But do you see the different chain reactions? Sure, in this example, it was predicated upon leaving early, and therefore there was some forethought to the process. But what if you couldn’t control the circumstances that caused you to leave late for the meeting to begin with? Maybe your kids were a whirlwind to get out the door or your alarm didn’t go off, etc, etc. Okay, that’s fair. You arrive at work rushed. But you could make a key positive difference still.

Applying Statio

Before you walk in the building (maybe even before you get out of the car) you take a deep breath. Then you acknowledge that the morning was what it was. You say to yourself, “Okay, let’s go into this meeting with eyes open, ears listening,” (Okay, maybe you don’t think exactly that to yourself, but you get the picture). Now you get out of your car (only 20 seconds later than you would otherwise) so you still arrive on time. But you are far more collected and present. You have the meeting and have less stress/tension in your body. Additionally, you feel more relaxed later that day and not dwelling so much on what happened that morning.

My Personal Experience

Here is a personal experience I’d like to share with you of applying statio to my own life.  It’s that moment when I get home from work and the ritual I have created.  I come in the door, give my wife a hug. Then I immediately do the following three things: (1) go to the bathroom and wash my face, (2) go to the bedroom to change out of my work clothes, and (3) take 2 minutes and get a few stretches in after a day of lots of sitting. All this happens in only about five minutes. But for me, it’s such a game changer to feeling ready to go into the rest of my evening. I can better put to rest all the activities and thoughts that may have been swirling around in my brain on my commute home.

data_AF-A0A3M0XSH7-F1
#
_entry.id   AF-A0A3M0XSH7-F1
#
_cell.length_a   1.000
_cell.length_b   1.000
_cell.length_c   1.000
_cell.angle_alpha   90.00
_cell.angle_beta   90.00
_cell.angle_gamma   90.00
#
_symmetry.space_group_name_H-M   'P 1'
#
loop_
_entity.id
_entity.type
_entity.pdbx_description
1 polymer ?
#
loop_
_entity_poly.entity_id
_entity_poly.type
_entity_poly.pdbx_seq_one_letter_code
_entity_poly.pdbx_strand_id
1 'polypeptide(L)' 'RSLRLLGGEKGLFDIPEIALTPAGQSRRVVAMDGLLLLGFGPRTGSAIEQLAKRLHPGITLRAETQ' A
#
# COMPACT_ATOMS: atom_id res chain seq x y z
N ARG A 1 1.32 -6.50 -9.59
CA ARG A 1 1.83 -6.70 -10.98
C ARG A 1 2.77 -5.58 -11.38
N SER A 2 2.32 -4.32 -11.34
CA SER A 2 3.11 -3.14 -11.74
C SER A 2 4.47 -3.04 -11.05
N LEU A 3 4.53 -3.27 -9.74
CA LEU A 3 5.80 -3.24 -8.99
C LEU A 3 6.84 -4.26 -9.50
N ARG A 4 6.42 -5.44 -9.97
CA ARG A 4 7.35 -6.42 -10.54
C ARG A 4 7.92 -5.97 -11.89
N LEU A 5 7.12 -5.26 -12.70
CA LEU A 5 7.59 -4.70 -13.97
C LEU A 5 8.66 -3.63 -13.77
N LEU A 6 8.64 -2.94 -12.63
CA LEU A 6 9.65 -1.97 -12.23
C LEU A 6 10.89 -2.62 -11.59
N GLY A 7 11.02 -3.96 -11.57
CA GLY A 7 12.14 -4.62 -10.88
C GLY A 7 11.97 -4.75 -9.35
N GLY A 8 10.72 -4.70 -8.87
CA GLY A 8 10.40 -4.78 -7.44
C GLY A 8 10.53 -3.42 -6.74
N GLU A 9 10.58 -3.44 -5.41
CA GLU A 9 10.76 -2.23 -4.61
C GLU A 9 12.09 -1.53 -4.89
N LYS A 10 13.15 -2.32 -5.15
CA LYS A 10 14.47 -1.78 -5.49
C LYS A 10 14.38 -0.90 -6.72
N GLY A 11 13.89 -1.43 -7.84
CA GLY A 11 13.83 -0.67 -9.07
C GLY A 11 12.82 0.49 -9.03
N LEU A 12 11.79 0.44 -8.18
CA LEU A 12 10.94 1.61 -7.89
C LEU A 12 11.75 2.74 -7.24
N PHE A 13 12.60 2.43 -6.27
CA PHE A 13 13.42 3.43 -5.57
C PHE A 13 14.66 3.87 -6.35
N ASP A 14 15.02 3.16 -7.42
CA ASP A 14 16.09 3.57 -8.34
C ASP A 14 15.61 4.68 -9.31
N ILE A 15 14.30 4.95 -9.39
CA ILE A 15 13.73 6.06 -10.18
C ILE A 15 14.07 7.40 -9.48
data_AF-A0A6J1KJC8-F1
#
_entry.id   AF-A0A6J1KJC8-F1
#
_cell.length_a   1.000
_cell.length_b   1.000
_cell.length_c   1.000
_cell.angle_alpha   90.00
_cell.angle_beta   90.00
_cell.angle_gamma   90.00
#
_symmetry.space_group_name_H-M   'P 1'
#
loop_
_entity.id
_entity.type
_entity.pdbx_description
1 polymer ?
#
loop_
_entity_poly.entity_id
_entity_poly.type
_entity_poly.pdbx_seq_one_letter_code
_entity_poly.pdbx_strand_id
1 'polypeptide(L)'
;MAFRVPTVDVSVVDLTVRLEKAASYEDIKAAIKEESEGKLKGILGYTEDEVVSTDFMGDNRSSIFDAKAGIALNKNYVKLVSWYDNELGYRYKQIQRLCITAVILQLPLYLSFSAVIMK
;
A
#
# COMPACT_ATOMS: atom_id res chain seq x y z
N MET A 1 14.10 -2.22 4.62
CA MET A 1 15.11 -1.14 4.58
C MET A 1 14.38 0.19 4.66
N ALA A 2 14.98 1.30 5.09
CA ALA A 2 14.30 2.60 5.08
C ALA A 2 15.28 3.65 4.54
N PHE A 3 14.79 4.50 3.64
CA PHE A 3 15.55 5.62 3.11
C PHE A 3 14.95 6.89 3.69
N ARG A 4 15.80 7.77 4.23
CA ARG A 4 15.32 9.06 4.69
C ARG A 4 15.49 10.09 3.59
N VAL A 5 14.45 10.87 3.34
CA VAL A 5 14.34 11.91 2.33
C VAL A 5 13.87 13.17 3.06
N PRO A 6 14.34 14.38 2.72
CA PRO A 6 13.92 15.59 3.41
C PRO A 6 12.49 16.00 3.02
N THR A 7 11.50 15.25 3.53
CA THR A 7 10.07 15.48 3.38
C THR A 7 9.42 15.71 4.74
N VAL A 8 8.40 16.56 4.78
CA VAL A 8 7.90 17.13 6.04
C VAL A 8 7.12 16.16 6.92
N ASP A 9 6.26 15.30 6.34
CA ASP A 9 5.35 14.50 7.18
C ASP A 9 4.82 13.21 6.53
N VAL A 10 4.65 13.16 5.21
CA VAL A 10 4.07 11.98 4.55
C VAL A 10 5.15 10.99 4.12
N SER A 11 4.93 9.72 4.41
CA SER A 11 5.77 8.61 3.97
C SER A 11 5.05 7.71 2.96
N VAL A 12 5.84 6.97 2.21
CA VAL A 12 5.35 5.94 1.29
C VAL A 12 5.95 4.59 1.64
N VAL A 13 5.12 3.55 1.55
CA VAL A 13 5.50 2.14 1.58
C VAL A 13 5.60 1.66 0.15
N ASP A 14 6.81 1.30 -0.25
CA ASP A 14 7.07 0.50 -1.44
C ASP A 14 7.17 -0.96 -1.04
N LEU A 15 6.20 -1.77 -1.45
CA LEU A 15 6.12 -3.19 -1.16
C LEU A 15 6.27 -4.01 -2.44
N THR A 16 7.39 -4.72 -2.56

The main reason I noticed how much this ritual in my life helps minimize stress is because I’ve had a couple times where I did not have this “statio”. In one case, my wife and I had a social engagement that immediately had me going to the next thing (i.e. get home, wife comes out to greet me, I get in the car with my portable dinner, and off we go). In times like these, there was a much higher chance I’d end the day with a slight headache, and I’d discover the next day that my food didn’t digest as well (yep – there you go).


So what about you? It’s easy to think, “I need to have xyz done yesterday. I do NOT have a few seconds or minutes to incorporate statio in my life”. I disagree – everyone can put in a few seconds or a few minutes each day and still do what they need to do. However, you’ll need to take a step of faith and try it out. Take a look. Where might there be some key points in your day where you might have a moment to pause and collect yourself that could make all the difference?

Dan Tribley
Lead Health Coach